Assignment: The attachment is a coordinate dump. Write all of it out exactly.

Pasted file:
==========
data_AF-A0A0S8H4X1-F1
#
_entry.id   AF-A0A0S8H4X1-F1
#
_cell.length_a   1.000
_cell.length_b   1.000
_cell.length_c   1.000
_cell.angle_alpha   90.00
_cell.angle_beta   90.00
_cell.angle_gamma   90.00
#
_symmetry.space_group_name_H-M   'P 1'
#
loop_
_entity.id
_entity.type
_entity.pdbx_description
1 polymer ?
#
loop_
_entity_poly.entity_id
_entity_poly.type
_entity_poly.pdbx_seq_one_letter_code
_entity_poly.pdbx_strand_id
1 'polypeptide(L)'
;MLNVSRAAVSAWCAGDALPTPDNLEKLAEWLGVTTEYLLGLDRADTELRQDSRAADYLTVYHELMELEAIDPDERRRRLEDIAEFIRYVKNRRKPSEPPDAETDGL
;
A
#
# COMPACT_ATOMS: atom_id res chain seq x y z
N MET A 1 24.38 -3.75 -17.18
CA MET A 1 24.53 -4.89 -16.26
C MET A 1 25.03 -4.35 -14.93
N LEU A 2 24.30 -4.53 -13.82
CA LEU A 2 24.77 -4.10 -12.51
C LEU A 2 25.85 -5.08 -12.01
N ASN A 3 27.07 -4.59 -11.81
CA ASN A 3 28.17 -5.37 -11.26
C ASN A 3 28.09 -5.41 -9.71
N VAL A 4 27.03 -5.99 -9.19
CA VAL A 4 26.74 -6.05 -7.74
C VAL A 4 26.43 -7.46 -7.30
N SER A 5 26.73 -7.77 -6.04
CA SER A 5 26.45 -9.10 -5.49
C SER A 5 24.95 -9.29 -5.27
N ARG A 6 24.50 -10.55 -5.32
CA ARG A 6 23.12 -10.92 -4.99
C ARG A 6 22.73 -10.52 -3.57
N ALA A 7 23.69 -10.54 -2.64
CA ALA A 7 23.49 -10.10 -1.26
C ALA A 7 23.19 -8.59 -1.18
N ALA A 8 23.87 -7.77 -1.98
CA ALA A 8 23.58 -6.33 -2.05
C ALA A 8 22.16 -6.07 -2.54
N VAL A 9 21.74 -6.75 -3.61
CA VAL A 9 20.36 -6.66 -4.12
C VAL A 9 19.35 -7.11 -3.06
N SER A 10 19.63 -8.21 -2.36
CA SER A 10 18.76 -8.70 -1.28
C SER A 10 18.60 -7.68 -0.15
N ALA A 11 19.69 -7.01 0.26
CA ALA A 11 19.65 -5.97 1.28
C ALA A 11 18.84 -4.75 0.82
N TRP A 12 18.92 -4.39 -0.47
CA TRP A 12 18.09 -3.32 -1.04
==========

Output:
data_AF-A0A0S8H4X1-F1
#
_entry.id   AF-A0A0S8H4X1-F1
#
_cell.length_a   1.000
_cell.length_b   1.000
_cell.length_c   1.000
_cell.angle_alpha   90.00
_cell.angle_beta   90.00
_cell.angle_gamma   90.00
#
_symmetry.space_group_name_H-M   'P 1'
#
loop_
_entity.id
_entity.type
_entity.pdbx_description
1 polymer ?
#
loop_
_entity_poly.entity_id
_entity_poly.type
_entity_poly.pdbx_seq_one_letter_code
_entity_poly.pdbx_strand_id
1 'polypeptide(L)'
;MLNVSRAAVSAWCAGDALPTPDNLEKLAEWLGVTTEYLLGLDRADTELRQDSRAADYLTVYHELMELEAIDPDERRRRLEDIAEFIRYVKNRRKPSEPPDAETDGL
;
A
#
# COMPACT_ATOMS: atom_id res chain seq x y z
N MET A 1 24.38 -3.75 -17.18
CA MET A 1 24.53 -4.89 -16.26
C MET A 1 25.03 -4.35 -14.93
N LEU A 2 24.30 -4.53 -13.82
CA LEU A 2 24.77 -4.10 -12.51
C LEU A 2 25.85 -5.08 -12.01
N ASN A 3 27.07 -4.59 -11.81
CA ASN A 3 28.17 -5.37 -11.26
C ASN A 3 28.09 -5.41 -9.71
N VAL A 4 27.03 -5.99 -9.19
CA VAL A 4 26.74 -6.05 -7.74
C VAL A 4 26.43 -7.46 -7.30
N SER A 5 26.73 -7.77 -6.04
CA SER A 5 26.45 -9.10 -5.49
C SER A 5 24.95 -9.29 -5.27
N ARG A 6 24.50 -10.55 -5.32
CA ARG A 6 23.12 -10.92 -4.99
C ARG A 6 22.73 -10.52 -3.57
N ALA A 7 23.69 -10.54 -2.64
CA ALA A 7 23.49 -10.10 -1.26
C ALA A 7 23.19 -8.59 -1.18
N ALA A 8 23.87 -7.77 -1.98
CA ALA A 8 23.58 -6.33 -2.05
C ALA A 8 22.16 -6.07 -2.54
N VAL A 9 21.74 -6.75 -3.61
CA VAL A 9 20.36 -6.66 -4.12
C VAL A 9 19.35 -7.11 -3.06
N SER A 10 19.63 -8.21 -2.36
CA SER A 10 18.76 -8.70 -1.28
C SER A 10 18.60 -7.68 -0.15
N ALA A 11 19.69 -7.01 0.26
CA ALA A 11 19.65 -5.97 1.28
C ALA A 11 18.84 -4.75 0.82
N TRP A 12 18.92 -4.39 -0.47
CA TRP A 12 18.09 -3.32 -1.04